Euro 2024: A look at five precocious stars who can make a difference

Yamal, Zaire-Emery have already inspired awe in top flight club football in their teens

From left: Lamine Yamal, Kenan Yildiz, Warren Zaire-Emery
From left: Lamine Yamal, Kenan Yildiz, Warren Zaire-Emery

Gautam Bhattacharyya

Come Friday night (15 June IST), hosts and three-time winners Germany will meet Scotland to set the ball rolling for Euro 2024, the biggest showpiece in football after the FIFA World Cup. This time, it has come back after a three-year cycle, with Euro 2020 actually taking place a year later in 2021, in which Italy had the final laugh via a tie-breaker against England.

The next one month will see the likes of Kylian Mbappe, Jude Bellingham, senior pros Kevin De Bruyne or Bruno Fernandez vying for honours, while someone like a Cristiano Ronaldo will be appearing for his sixth Euro. However, there is a next generation of wannabe stars on the horizon — still in their teens or barely out of it — who have made a mark in club football and are now eyeing the Euro as their big stage.

We tried to cherry-pick five young stars one needs to watch out for:

Lamine Yamal (Spain)

Lamine Yamal, who has caught the fancy of Leo Messi, no less, won’t turn 17 until a day before the Euro 2024 final on 14 July. However, the prodigious talent who made his first outing in a Barcelona shirt at 15, is expected to provide the X factor to the Spanish attack in the company of his club mate Pau Cubarsi, another precocious talent at 17.

In 50 appearances for this La Masia product (the youth academy of Barca) across all competitions, Yamal, who plays off the right wing, has notched up seven goals and 10 assists. It will be interesting to see how often Spain manager Luis de la Fuentes uses him in the month-long tournament, though he has a high opinion of the prodigy.  

“If he ends up playing in the European Championship, it will be because he is prepared and because he has that special talent of a chosen one,” Fuentes said last month. The manager has lived up to his word by naming both Yamal and Cubarsi in a youthful squad as Spain try to add a record fourth crown to their shelves.

Antonio Silva
Antonio Silva

Warren Zaire-Emery (France)

It’s not often that Didier Deschamps, the laconic France coach who has won the World Cup both as captain and manager, waxes eloquent about any player.

This is what he has to say about Warren Zaire-Emery, a homegrown Paris Saint-Germain midfielder who turned 18 in March: “He stays focused on the pitch. He’s a natural. When you become an international, it’s another milestone. There are prospects. The demands are higher. Warren, for example, gets a lot of media exposure. When I select someone, it’s because I’m convinced they have the potential to stay with us.”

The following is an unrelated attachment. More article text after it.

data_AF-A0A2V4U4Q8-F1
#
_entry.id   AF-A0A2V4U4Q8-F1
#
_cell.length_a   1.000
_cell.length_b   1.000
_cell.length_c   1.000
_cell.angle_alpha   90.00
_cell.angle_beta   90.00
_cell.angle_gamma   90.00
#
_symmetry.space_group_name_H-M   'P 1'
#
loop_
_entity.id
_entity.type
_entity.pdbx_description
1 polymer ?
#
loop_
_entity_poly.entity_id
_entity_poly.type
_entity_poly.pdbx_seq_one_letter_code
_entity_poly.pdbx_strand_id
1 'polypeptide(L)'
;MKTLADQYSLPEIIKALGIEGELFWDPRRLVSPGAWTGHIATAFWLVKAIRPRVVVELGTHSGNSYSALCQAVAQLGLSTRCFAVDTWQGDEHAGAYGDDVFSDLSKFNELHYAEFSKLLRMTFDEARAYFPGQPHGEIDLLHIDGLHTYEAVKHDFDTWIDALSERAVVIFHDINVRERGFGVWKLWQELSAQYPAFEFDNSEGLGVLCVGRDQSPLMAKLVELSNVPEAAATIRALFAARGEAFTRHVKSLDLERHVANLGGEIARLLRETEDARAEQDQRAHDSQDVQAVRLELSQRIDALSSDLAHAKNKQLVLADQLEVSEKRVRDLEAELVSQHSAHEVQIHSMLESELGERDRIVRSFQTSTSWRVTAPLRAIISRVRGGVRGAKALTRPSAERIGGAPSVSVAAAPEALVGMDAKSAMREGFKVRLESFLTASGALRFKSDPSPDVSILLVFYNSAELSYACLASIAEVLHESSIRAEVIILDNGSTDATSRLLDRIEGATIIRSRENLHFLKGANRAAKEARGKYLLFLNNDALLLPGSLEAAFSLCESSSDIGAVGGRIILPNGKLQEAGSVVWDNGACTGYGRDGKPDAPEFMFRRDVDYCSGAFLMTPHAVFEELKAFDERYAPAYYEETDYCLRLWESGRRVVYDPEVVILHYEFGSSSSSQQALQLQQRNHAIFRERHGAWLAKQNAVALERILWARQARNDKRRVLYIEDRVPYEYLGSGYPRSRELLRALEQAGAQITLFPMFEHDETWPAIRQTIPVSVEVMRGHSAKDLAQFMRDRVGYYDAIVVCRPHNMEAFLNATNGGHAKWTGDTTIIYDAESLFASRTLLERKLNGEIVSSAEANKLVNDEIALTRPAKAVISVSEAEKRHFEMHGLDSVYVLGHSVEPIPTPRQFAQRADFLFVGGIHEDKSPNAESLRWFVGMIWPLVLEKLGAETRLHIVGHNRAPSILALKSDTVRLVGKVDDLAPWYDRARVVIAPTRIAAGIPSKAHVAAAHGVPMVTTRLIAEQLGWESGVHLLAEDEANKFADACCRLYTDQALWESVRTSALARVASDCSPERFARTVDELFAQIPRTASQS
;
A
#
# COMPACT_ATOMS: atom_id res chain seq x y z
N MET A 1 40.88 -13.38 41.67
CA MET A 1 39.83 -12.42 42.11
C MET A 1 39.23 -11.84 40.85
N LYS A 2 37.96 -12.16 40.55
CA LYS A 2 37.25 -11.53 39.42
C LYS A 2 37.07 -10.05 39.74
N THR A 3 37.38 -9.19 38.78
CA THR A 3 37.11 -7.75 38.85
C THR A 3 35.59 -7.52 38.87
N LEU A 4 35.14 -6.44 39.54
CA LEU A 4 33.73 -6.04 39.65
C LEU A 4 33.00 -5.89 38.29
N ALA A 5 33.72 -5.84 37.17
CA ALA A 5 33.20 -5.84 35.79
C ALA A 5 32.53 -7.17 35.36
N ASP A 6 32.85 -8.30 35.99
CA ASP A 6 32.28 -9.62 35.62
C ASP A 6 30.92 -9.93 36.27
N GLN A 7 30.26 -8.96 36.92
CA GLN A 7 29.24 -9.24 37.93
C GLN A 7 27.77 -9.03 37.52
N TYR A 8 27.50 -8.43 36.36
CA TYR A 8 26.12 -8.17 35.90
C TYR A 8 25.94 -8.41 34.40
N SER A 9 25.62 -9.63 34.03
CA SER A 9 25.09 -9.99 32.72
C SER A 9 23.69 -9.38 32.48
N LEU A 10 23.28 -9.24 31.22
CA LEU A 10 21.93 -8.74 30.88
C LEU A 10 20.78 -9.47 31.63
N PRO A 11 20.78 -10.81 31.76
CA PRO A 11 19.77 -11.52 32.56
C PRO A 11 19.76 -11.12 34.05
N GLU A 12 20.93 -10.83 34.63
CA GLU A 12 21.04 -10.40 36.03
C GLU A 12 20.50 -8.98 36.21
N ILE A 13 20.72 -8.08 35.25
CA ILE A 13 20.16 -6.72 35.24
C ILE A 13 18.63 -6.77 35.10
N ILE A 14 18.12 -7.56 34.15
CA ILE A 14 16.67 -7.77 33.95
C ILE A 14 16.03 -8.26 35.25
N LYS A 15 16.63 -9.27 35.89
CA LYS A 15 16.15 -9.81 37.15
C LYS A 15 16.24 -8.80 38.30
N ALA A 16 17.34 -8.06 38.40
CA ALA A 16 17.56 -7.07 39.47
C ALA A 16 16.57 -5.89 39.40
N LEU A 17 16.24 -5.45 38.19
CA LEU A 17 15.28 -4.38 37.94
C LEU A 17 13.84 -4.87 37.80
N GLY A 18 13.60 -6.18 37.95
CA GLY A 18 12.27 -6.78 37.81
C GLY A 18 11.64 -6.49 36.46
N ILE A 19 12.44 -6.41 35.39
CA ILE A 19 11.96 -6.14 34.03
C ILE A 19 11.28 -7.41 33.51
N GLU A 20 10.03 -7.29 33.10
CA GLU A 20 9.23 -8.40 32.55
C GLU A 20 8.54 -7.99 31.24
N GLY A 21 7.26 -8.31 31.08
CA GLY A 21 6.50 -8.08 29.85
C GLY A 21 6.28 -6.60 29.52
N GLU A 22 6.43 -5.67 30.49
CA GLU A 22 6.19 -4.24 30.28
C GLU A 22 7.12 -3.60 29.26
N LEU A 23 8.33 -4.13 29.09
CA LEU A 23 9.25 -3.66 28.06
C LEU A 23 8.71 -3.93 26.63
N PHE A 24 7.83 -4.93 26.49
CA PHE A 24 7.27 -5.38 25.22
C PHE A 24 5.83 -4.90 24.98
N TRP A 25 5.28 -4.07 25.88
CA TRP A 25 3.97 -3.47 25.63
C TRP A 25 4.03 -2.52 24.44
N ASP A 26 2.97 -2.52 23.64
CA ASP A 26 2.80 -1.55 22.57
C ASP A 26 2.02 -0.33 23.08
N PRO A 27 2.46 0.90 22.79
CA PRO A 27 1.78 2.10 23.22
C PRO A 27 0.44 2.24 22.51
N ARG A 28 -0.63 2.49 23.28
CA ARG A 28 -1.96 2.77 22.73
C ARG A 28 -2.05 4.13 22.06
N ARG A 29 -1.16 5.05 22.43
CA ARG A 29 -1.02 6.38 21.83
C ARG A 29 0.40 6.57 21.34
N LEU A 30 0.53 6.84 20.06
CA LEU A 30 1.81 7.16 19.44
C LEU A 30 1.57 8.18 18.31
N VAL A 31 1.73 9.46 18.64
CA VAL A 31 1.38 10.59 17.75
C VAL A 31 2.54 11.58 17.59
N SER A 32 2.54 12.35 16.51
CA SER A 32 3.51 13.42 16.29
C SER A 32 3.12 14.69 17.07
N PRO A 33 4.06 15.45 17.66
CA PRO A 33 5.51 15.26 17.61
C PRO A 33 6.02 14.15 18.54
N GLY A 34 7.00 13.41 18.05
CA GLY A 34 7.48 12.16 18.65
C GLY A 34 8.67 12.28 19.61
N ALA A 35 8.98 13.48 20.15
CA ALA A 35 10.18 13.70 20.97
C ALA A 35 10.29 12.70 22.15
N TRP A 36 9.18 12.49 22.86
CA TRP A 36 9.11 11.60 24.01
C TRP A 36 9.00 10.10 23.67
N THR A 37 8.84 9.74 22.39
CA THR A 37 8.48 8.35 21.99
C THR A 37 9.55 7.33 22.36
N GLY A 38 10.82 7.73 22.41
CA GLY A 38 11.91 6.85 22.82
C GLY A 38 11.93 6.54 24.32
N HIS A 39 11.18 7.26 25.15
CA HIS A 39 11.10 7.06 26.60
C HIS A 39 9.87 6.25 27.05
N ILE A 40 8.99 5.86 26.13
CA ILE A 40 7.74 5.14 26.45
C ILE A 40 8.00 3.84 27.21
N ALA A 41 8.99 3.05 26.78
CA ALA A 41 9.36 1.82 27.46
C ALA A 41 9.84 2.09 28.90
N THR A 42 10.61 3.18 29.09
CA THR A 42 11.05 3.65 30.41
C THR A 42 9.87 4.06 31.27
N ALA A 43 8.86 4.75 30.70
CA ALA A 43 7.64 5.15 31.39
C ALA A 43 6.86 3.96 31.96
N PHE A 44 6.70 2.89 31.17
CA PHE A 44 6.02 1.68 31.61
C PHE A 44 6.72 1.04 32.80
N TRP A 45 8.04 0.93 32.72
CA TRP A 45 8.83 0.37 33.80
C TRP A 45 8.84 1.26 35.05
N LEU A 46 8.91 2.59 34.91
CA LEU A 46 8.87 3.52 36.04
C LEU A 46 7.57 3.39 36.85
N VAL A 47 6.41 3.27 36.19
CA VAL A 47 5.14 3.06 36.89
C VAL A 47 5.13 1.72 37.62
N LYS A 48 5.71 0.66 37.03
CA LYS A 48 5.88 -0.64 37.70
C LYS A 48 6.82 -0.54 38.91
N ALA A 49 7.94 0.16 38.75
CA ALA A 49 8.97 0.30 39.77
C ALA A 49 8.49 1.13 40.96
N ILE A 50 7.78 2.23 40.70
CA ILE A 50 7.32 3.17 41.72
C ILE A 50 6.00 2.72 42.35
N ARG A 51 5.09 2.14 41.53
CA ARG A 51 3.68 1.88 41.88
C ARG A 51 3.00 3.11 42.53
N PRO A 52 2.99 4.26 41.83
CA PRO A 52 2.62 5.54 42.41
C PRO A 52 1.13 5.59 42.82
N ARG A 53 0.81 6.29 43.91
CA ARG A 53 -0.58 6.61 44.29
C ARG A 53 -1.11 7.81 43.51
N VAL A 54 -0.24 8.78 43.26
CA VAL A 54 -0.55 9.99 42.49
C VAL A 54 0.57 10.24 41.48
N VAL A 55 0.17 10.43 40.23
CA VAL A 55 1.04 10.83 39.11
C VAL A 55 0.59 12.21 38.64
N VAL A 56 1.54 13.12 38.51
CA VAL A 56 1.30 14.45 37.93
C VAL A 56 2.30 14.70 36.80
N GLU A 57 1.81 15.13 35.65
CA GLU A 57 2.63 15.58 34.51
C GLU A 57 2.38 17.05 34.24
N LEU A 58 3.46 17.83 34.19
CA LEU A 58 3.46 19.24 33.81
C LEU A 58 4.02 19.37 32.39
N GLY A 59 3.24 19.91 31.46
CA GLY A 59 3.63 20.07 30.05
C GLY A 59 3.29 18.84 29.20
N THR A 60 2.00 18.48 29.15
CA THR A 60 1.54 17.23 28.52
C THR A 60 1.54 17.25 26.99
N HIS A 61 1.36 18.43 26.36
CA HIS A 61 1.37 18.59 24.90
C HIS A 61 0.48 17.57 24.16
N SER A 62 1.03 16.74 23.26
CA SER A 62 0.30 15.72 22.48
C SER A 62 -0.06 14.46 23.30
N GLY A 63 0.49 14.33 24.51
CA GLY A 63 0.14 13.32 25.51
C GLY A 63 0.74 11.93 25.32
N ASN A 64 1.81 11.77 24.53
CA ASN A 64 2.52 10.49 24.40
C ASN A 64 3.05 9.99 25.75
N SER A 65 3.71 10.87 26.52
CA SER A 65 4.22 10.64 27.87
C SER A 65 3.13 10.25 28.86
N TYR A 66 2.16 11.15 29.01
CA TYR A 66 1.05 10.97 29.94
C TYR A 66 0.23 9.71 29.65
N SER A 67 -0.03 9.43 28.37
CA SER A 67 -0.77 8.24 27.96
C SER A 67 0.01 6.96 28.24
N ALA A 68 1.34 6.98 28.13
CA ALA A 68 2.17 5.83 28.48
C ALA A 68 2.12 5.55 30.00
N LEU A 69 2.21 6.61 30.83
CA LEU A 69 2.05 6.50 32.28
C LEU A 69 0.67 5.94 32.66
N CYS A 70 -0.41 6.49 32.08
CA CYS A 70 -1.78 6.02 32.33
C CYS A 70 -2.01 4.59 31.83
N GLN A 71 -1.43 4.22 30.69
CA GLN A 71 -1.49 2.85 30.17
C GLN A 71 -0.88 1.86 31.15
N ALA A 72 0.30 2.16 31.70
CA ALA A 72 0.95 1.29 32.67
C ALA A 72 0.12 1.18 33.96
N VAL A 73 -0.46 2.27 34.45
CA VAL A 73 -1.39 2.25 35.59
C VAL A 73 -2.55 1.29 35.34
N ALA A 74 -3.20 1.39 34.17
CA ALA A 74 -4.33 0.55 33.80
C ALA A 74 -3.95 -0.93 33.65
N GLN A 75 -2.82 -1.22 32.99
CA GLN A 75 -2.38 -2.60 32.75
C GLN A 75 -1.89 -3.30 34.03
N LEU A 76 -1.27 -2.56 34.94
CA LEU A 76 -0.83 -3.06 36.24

Emery has had two full international caps and over 70 senior club appearances to his name as he turned out to be one of PSG’s standout performers as they won the French double — something which earned him a UNFP Young Player of the Year award and a new contract until 2029.

However, game time will be the question here because the France midfield oozes quality and experience, but Zaire-Emery is a real talent, and having been given permission to delay his school exams until September, he hopes Deschamps gives him a chance to show what he can do on the big stage.

Antonio Silva (Portugal)

The upcoming Euro is being looked upon as Ronaldo’s last chance to add a second crown to the one he held aloft in 2016, but the presence of the likes of Antonio Silva has given Portugal the reputation of a squad with talent aplenty. The 20-year-old centre back has already been to the 2022 World Cup in Qatar, as the youngest player ever to represent his country at the marquee event.

A composed old-school defender who is very difficult to get past and with great quality on the ball, Silva has been a rock in the Benfica defence, conceding just 28 goals in 34 league games this season.

Arthur Vermeeren
Arthur Vermeeren

Manager Roberto Martinez is well-stocked for defensive options and Silva will compete with Sporting’s Goncalo Inacio to partner Ruben Dias at Euro.

Arthur Vermeeren, Belgium

The Belgian powerhouse, now 19, must have shown enough potential to impress Diego Simeone, the long-serving, hard taskmaster of a manager at Atletico Madrid.

Playing time has been hard to come by for Vermeeren since his January switch from Royal Antwerp to Atletico Madrid, but the Belgian teenager has acknowledged that he was told at the time of signing that his introduction would be gradual. As Simeone the Argentine himself put it: “He needs time, patience. We know he’s a good player and we know we’re going to need him.”

So too will Belgium, who have already given him three senior caps. Though he has just three minutes of competitive experience for his country, Vermeeren has the ability to shine if given the chance, with his defensive work rate supplemented by an impressive ability to make things happen in the final third.

Kenan Yildiz, Turkey

The Germany-born former Bayern Munich youngster is now a breakthrough star for Juventus and Turkey, and there are high hopes that the 19-year-old can help his country get through a competitive group and into the knockout phase for the first time since they reached the semi-finals at Euro 2008.

A 6 foot 2 inch playmaker with two good feet and an eye both for through balls and long shots, Yildiz has been gradually eased into international prominence by national team boss Vincenzo Montella, scoring his first goal for Turkey in a friendly victory over Germany in November.

“He has great potential. From now on, he will have to get used to a different career and understand how to manage success. The expectations will be different now,” Montella has said.

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